Stones of Venice Footstool – decisions about the sides

First Side Panel Completed

First Side Panel Completed

When last you saw the Stones of Venice Footstool, I was lamenting the speed with which I had finished the top panel, which had brought me face to face, far too soon for comfort, with the challenge of deciding what to put on the side panels.

I had originally thought to devise a smaller pattern, of some sort, borrowing from some of the ideas in the comments on the last post and from any convenient pictures of the Doge’s Palace that I could find online, but when it came to it, I felt that it might prove both difficult and unrewarding to create repeating patterns which worked well beside the larger pattern on the top.

Side Panel Close Up

Side Panel Close Up

My first step, therefore, was to bring the blue more to the fore by creating a blue border for each panel. It seemed to me that this would help the side panels to stand away from the top and set it off nicely. After much poring over my needlepoint stitch books I settled on Greek Stitch, which is a sort of long armed cross stitch. Again, this solved the question of having the stitches running with the top on some of the sides and against on others, which had been worrying me quite a bit.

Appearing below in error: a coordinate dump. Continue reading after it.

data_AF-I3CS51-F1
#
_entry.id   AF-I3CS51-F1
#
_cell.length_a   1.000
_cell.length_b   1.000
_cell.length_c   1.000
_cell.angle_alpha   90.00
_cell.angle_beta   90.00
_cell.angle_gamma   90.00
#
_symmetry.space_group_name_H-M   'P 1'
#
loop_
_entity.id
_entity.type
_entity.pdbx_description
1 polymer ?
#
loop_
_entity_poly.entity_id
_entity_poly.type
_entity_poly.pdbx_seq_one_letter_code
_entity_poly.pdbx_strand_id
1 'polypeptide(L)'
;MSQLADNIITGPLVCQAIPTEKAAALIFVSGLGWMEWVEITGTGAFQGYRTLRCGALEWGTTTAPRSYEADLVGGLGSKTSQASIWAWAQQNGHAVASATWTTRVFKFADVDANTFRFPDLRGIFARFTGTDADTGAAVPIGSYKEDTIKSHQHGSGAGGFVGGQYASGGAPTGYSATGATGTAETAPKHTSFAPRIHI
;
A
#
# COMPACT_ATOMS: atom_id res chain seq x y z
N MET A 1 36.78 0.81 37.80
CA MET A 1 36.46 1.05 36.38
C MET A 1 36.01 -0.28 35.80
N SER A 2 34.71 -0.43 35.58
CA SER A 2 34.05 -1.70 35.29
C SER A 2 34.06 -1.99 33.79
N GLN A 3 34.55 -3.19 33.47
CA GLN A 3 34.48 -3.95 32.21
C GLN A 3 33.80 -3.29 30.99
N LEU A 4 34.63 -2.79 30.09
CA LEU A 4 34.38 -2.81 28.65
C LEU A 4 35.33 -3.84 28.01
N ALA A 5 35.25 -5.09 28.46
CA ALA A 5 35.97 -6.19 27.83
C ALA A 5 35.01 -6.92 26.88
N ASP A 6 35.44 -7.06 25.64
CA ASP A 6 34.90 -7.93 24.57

I worked out a way to turn the corners so that each side panel could be a self-contained unit, and decided to to work all four borders while I considered my next move. Which floated swiftly to the top as I stitched. The blue on the top panel was the central motif, and on the sides was forming the edge – so the obvious continuation was to reverse the order of the colours. Challenge met, I think!


  1. Janice says:

    Yes, looks a hard wearing stitch, and it think it works well to have the blue as the focal colour on the sides.

  2. Jules says:

    You’re bringing a truly Venetian feel to the project!

  3. Penny says:

    I just KNEW you’d meet the challenge! Love this color combination.

  4. Sue Jones says:

    It’s a good choice – bold but less complex than the top, so it doesn’t steal the limelight from the main pattern. And, yes, I think this looks like a suitably durable stitch for an area that may get knocked and rubbed in use.

  5. Carolyn says:

    That is a very good choice, it seems to tick all the boxes and it will be durable.

  6. Lady Fi says:

    Challenge definitely met and exceeded!

  7. It goes beautifully with your earlier work – and the simple pattern won’t detract, so I think that’s a good call 🙂

  8. Megan Hodges says: